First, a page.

Yes, it has been a while but rather than go into reasons for the absence of fresh content on this blog, I’m just going to start writing to banish the tumbleweed. It is what I’d recommend others to do when their blog feels abandoned, even for a few years – just start writing again.
Anyway – I spotted an intriguing link on Pinterest about brand colours and as I’m considering this for Blogmistress, figured I’d visit. The page feels like it’s a rather gentle and lovely cream colour, but the font is a mid grey – I had to adjust my eyes (not quite squinting, but close) to read. Thankfully the font and the size is fine but quite frankly if I’m looking for advice on branding colours and I cannot read without thinking about it – not the place for me and my immediate reaction is to leave.
I probably will read because the content may be great and it could be that the writer is not responsible for the design. It is such a shame that so many websites – I’d say about a quarter of those I visit – just don’t consider this aspect of usability. It’s not just about accessibility – that can make people a little dismissive (sadly) or overwhelming – but usability. Can most of your visitors read with ease your wondrous content. It matters.
Such things can be tested, ideally by real people – ask people you know for their honest opinion (not just people who will say it’s awesome – which it probably is, but awesome needs to include usable!). You could bravely put out an ask on Twitter, for instance, though I’d be more inclined to ask more gentle groups of peers within Slack communities (if you’re not in any as yet, do a search for Slack and your area of industry/interest, perhaps. Or pop a comment below and I’ll make whatever suggestions I can.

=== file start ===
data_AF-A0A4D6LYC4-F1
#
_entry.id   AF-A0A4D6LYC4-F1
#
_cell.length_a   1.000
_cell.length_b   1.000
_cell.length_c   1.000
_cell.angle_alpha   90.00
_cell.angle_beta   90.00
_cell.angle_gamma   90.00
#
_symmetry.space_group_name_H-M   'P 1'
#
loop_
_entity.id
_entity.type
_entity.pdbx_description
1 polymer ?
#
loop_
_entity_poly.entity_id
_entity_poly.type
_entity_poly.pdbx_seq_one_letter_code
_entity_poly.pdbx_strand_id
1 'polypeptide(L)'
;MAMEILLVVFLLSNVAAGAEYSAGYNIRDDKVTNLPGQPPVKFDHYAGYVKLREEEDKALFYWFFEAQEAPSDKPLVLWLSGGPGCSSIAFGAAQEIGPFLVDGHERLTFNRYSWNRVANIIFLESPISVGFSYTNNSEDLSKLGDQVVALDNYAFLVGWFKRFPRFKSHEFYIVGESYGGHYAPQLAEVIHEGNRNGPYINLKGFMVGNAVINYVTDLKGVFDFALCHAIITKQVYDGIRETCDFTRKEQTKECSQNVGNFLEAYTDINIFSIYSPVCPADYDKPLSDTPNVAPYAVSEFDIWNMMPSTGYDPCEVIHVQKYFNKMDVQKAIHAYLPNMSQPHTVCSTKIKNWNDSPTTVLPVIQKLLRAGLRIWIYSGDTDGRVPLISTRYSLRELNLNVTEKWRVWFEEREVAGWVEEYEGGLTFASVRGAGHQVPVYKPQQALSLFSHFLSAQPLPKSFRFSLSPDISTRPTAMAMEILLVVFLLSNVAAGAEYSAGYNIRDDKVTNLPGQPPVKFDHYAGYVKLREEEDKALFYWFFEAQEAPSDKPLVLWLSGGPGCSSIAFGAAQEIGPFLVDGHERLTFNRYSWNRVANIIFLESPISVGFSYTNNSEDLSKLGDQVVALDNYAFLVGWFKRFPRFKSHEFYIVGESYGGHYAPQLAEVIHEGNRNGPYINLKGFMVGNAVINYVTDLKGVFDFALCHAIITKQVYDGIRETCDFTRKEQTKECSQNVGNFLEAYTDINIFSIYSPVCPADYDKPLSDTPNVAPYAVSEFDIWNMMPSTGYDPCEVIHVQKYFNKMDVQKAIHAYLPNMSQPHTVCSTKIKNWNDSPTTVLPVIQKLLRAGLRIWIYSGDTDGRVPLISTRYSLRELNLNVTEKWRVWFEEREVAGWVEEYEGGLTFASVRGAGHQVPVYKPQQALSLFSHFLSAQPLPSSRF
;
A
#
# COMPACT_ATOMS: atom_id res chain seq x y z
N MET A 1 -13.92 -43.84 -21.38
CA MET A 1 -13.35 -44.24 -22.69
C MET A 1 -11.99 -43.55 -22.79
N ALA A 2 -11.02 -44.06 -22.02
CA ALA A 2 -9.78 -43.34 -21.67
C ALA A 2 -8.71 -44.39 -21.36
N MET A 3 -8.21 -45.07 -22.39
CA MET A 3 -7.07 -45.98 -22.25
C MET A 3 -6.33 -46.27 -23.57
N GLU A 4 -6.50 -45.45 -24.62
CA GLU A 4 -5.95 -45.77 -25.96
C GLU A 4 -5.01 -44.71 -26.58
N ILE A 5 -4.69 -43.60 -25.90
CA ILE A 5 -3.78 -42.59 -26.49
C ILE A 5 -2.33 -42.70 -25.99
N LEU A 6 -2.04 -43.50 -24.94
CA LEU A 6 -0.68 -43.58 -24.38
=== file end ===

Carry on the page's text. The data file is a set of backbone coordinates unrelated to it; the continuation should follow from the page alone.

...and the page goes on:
Accessibility resources such as those provided by the W3C WAI (Web Accessibility Initiative) are invaluable. This selection of accessibility online tools includes those that test for W3C Web Content Accessibility Guidelines 2.0, which I think is a standard to aim for, and these are in English. Other guidelines and languages are available; you can select those on the page.
For colour contrast, visit https://color.a11y.com/Contrast/ and see the results, adjusting things (or get your designer/developer to do this) accordingly. But even with this, you cannot beat real people looking. The page I refer to above gets a good result – turns out the background actually is white but to me it feels creamy alongside the other colours used – thus human testing can be more important than we may consider.
Other sites I’ve visited have such small font that I really do have to squint to read. And of course we can Ctrl+ (or Mac equivalent) to make things bigger, but we should not have to do that, and can we even actually do that on mobile devices? We have to think about this; it’s not difficult to consider things other than the aesthetic your designer puts before you, or that the theme provides – look at it yourself as your visitors might. A larger font may not look as delightful, but what’s the point if people can’t read it without having to make the text larger.
I really just want to encourage you to keep things as simple as you can for your visitors, your customers. The whole idea of “Don’t Make Me Think” is still valid and always will be, I’m sure.
Also, I am aware that I’m writing this on a website that uses lots of contrasts that can do better, hence looking at the page above on branding colours that work. So what I shall do is get over my dislike of encouraging people’s poor usability websites with my visit and go read then apply what I find to be good usability here. I could probably waffle less too 😉